Katie: Bladder, stop crying, please, it’s not your…Welcome back! We’re here with Bladder who’s going to pull herself together.
Katie: Bladder, this interview has taken twice as long as planned because you’ve needed to empty yourself every thirty minutes. Please, please, take a deep breath and talk to me so we can finish this show and go home.
Bladder: *sniff* I’ll try.
Katie: Thank you. You have something you want to tell the rest of Body, correct? What is it you wanted to say?
Bladder: I know I can be annoying because I have to empty so often. *sniff* But do you know what would happen if I didn’t? The glucose would stay in the blood, the blood vessels will stay tense until they harden, the Eyes won’t be able to focus –
Katie: Yes, we, uh, we covered this in between bathroom breaks.
Bladder: I worry, Katie. *sniff* I worry what will happen to all of us. Life is short. Life is fragile. If our health declines, I don’t know where this Body is headed. What if Kidneys get too tired? What if Brain stops responding to their thirst signals and drinks less water because I fill so often?
Katie: Let’s talk about water, Bladder. A study linked chronic dehydration to chronic hyperglycemia. Have you found that to be true?
Bladder: Hyper what?
Katie: Hyperglycemia; chronic high blood glucose levels. Less water equals less blood equals high concentrations of glucose in the blood. If you don’t drink enough water every day for a long time, the higher glucose levels can lead to type two diabetes.
Bladder: *sniff* It’s the end of life as we know it. *sniff*
Katie: Bladder, don’t cry. There, there, weren’t you listening? It’s not too late to change. Muscle is going to walk, Brain is going to sleep more and to stop eating before Stomach signals she’s full so we can lose some weight. Kidneys and Pancreas are determined to keep the blood glucose levels down. We need you, Bladder. Let’s bring in the team and I want you to tell them why water is so important.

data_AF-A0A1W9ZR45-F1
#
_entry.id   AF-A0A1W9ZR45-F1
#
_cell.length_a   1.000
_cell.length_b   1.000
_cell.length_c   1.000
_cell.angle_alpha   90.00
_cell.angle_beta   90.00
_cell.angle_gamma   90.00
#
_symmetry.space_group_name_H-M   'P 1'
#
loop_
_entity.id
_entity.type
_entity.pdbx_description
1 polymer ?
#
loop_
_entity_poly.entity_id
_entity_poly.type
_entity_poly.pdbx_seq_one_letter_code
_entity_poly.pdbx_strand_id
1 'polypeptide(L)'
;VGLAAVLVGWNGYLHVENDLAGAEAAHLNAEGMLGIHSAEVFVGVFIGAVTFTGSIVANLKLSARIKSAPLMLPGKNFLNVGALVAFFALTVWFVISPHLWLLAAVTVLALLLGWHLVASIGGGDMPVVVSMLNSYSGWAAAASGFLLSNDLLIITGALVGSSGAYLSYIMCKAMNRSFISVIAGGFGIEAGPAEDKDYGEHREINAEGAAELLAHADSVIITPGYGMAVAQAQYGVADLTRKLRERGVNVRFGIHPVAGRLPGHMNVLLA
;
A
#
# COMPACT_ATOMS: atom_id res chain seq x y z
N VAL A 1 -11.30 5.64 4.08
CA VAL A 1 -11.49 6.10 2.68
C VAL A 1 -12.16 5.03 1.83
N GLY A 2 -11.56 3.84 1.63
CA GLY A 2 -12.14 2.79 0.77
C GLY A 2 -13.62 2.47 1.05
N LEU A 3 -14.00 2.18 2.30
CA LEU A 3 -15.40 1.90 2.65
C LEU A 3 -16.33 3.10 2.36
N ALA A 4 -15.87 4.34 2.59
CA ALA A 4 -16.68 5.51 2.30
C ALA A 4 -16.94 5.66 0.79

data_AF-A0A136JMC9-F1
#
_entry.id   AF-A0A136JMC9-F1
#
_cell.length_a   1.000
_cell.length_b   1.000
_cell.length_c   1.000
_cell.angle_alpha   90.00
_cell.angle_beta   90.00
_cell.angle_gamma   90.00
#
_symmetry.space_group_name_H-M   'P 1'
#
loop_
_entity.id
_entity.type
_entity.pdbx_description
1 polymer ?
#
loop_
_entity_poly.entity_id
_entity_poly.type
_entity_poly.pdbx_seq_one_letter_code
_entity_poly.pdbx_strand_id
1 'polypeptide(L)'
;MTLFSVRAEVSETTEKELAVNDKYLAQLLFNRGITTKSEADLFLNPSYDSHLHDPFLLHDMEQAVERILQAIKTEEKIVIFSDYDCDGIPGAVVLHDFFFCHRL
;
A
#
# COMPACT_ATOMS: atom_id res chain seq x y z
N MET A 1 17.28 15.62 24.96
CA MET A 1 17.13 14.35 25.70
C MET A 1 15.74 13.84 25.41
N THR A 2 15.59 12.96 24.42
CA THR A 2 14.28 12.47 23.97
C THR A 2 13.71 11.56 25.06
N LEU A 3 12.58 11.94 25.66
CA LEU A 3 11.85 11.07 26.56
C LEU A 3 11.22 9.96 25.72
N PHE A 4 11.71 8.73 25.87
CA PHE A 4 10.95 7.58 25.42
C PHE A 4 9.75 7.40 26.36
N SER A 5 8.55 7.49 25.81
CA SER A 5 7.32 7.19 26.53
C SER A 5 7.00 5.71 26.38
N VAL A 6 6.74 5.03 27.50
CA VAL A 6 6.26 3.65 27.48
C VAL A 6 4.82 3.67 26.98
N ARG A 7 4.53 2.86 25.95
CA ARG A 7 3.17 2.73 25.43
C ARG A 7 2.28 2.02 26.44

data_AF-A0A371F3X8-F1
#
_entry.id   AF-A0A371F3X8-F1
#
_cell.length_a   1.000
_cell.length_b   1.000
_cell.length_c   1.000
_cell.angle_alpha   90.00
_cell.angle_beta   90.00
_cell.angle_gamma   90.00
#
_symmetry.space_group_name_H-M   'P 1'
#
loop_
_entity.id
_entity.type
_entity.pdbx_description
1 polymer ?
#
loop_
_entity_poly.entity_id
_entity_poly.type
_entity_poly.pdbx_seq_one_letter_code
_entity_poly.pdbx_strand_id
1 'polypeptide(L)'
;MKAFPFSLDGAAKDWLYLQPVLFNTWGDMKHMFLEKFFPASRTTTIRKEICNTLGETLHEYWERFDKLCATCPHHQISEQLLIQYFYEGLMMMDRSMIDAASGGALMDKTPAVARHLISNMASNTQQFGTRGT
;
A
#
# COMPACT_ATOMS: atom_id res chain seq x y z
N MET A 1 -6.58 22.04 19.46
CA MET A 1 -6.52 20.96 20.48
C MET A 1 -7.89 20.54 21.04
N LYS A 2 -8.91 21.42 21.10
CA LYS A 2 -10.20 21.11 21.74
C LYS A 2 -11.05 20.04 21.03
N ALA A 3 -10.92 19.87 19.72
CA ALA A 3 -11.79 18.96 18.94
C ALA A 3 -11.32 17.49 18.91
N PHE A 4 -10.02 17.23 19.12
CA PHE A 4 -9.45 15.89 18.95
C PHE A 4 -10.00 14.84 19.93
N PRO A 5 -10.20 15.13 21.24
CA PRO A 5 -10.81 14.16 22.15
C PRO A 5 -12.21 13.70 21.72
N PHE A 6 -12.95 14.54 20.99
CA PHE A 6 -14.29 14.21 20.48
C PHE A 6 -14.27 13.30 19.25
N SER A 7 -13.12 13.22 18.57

Bladder: *sniff* Okay. What if I can’t—
Katie: You’ll be fine. Ladies! Can you come in here, please? Everyone, welcome back. Okay, Bladder, go ahead.
Bladder: Well. *sniff* Now that we’re diabetic, we’ll need lots of water to clean out the glucose.
Kidney 2: Hear hear!
Bladder: Brain, as you start choosing more fruits, vegetables, and whole grains, we’ll need even more water.
Brain: What on Earth for?
Bladder: Plant based foods are full of fiber and fiber absorbs water. We’ll need extra water to keep the fiber moving.
Brain: Great, we’re eating sponges now.
Muscle: If we run low on water, I might cramp!
Brain: And I’ll get a headache. Suck it up.
Kidney 1: Brain, it’s easy to see if we’re getting dehydrated.
Brain: Dehydrated? We’re talking a little thirsty, here, right? Not that big of a deal.
Kidney 1: Mild dehydration, especially if it becomes chronic, can exacerbate our symptoms. According to our calculations-
Brain: Fine, fine. What do I do?
Bladder: Well, you can work with me. Whenever I empty, look at my urine.
Brain: Ew, gross. Eyes aren’t going to like this.
Bladder: If it’s clear, we’re okay. If it’s yellow, we need to drink more.
Pancreas: You can do a pinch test too. Pinch the skin on the back of Hand. If it bounces back quickly, we’re okay. If it stays pinched or the skin goes down slowly, we’re mildly dehydrated.
Brain: Geez, I need a cup of coffee.
Bladder: No coffee! It’s going to make me fill more!
Kidney 1: Just a little. Coffee’s actually good for us. It has magnesium and chromium which helps us use insulin. And it counts like water for hydration.
Bladder: Okay, fine.
Brain: Excellent! Come on, gals. Let’s get some coffee. Muscle, you can walk us there.
Katie: This concludes our show. Thanks for joining us and thank you to all of our guests.
Brain: Let’s add food to this plan. Stomach just signaled she’s empty. Katie, care to join us?
Katie: I’d love to.